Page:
New York is poised to see a leap in cleantech developments, specifically on the solar power front, following the recent announcement by Governor Cuomo that he had committed $1 billion to the NY-Sun initiative, which is designed to provide long-term funding for existing solar businesses, as well as attract new investment to the sector.
NY-Sun is part of a larger effort to protect the environment and lower energy costs for all New Yorkers by improving the electric grid’s efficiency and reliability, according to the governor’s statement.
More than 400 solar companies operate in New York State.
“This $1 billion investment underscores New York’s commitment to growing the clean energy economy,” Governor Cuomo said. “By providing long-term funding certainty, the State is attracting private sector investment, creating new economic opportunities and supporting sustainable development.” The goals, he said, are “to provide innovative solutions, create a more resilient and flexible power grid, lower the state’s carbon footprint and promote a cleaner and healthier environment for all New Yorkers.”
The initiative coupled with the new funding commitment “moves New York to a market-based, decentralized approach in advancing energy policy,” said Richard Kauffman, Chairman of Energy and Finance for New York.
New York’s Push for Distributed Energy
In addition, the NY State Public Service Commission (PSC) noted it had approved an order to create a long-term plan to transform NYSERDA (New York State Energy Research and Development Authority)’s incentive-based solar programs to meet the needs of a more distributed, consumer-focused energy system.
New York State Solar Energy Industries Association President Shaun Chapman noted that NYSEIA and its more than 100 member companies “stand ready to provide private capital, good jobs, and clean energy to all New Yorkers.”
To drive large-scale market penetration, the PSC order provides long-term, stable funding over a 10-year period to support photovoltaic (PV) projects throughout the state.
The “Megawatt Block incentive structure” allocates MWs on a regional basis and will reportedly allow the market to grow at its own pace, which in turn should eventually create a self-sustaining industry.
The new funding commitment also provides $3.5 million for a consumer education effort on the benefits of PV systems.
NYSERDA also will more than double the proposed allocation for the Long Island, New York region from $28 million to $60 million, increase the maximum size of the PV system eligible for incentives up to 200 kW, and will partner with PSEG Long Island to locally implement the statewide NY-Sun program.
Companies positioned to capitalize on this new policy include SolarCity, which in January 2013 was able to offer its services to Long Island Customers though the Long Island Power Authority, According to the Motley Fool, SolarCity has since more than tripled its Long Island staff and opened an 18,000 square foot facility in Hauppauge, which “quadruples SolarCity’s Long Island footprint.” Substantial market opportunity awaits SolarCity, which doesn’t operate in nearly 50 counties in the rest of the state.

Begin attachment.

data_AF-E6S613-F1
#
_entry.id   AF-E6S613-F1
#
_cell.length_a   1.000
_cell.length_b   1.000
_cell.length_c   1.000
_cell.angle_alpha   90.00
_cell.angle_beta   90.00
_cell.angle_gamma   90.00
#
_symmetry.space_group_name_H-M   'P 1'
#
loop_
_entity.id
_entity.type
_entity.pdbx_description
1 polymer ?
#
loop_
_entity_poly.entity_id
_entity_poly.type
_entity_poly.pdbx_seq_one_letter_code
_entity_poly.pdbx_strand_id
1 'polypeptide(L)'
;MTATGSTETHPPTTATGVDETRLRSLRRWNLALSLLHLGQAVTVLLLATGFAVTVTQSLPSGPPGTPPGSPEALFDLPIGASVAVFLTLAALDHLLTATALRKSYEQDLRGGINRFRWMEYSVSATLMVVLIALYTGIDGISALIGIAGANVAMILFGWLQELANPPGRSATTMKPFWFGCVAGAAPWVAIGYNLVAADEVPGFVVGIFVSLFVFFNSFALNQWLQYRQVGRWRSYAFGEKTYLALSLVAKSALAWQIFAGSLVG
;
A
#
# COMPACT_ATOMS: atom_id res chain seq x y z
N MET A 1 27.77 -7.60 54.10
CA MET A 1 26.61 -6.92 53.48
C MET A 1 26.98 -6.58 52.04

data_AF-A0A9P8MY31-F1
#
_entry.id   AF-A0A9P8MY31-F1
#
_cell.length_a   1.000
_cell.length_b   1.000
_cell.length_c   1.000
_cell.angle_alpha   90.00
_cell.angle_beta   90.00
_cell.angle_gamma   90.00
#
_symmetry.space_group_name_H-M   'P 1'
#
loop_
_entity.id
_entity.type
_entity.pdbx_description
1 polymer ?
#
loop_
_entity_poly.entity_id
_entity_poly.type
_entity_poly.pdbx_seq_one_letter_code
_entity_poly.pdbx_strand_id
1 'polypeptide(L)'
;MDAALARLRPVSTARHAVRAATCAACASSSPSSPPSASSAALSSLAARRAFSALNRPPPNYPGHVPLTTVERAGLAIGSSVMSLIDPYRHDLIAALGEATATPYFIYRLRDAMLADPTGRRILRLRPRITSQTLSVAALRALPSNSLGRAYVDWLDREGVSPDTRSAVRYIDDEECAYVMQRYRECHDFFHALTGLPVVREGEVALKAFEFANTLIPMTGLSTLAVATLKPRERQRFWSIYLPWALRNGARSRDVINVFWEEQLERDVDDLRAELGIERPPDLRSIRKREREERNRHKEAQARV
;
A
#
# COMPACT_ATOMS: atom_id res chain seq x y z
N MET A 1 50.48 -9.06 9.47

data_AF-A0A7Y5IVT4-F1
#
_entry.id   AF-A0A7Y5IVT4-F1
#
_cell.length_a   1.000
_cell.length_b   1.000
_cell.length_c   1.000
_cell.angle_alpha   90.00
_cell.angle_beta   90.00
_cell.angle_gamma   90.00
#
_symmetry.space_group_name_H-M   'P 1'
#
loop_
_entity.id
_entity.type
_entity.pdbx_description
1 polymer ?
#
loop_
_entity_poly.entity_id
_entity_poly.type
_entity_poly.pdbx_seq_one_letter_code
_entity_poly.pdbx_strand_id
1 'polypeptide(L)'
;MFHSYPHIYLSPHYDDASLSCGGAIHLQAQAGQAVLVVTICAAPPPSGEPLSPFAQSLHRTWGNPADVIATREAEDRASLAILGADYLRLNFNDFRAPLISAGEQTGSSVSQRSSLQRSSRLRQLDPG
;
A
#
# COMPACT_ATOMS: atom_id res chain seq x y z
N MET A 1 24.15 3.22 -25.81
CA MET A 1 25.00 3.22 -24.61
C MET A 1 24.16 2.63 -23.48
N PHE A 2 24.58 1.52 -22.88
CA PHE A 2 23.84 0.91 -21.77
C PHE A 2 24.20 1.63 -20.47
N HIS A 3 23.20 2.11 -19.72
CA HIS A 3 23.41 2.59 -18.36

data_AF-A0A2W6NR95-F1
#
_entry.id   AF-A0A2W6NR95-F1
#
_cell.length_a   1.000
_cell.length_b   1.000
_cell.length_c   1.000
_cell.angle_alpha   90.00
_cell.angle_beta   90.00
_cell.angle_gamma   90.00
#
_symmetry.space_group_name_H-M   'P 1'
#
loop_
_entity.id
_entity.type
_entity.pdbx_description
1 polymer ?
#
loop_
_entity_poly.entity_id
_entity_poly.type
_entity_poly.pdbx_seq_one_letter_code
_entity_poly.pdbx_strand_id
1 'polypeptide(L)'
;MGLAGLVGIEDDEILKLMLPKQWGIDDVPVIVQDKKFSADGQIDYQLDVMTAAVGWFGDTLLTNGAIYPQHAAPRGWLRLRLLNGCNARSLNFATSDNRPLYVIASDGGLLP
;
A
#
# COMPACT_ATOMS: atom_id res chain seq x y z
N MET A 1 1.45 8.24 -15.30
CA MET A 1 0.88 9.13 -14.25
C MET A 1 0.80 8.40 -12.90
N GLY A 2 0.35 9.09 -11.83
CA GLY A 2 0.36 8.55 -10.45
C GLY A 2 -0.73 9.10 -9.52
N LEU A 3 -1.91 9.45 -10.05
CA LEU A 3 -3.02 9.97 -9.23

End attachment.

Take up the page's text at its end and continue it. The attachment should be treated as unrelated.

The company’s chief competitor, SunPower, may also look to leverage the new policy. The company recently signed a deal with Google to help provide financing to $250 million worth of residential solar lease projects. In January, the company joined with Bank of America to provide $220 million in financing to the solar leasing market.
MTA Installs Flow Battery Storage for Backup Power
In other New York clean tech news, according to a recent Bloomberg report, New York’s interest in the energy storage market was underscored when the Metropolitan Transportation Authority (MTA) reported that it is sponsoring a two-year demonstration of a vanadium battery module designed to help manage its energy use.
American Vanadium Corp., owner of the only known U.S. deposit of the metal, agreed to install an energy-storage system designed to reduce power costs for the agency, which operates New York’s subways and buses, Bloomberg reported.
The $1.2 million project will feature three vanadium-flow batteries at the MTA’s building in downtown Manhattan, the Vancouver-based company said today in a statement.
The MTA plans to charge the batteries at night when power is cheap and discharge them when energy is more expensive, Bill Radvak, American Vanadium’s chief executive officer, told Bloomberg. “This is a very high profile site that will stimulate the market,” he said.
American Vanadium is paying about $700,000 and the New York State Energy Research and Development Authority will pay an additional $500,000.
Vanadium batteries, which are capable of storing 130 kilowatt-hours each, are produced by DMG Mori Seiki AG (GIL)’s Gildemeister unit, which has installed 50 of the systems under the brand name CellCube, Radvak said.
The CellCube batteries use vanadium dissolved in sulfuric acid. Unlike standard lead-acid batteries or the lithium-ion units used by Tesla, they can be recharged and discharged indefinitely and may last as long as 20 years, Radvak said.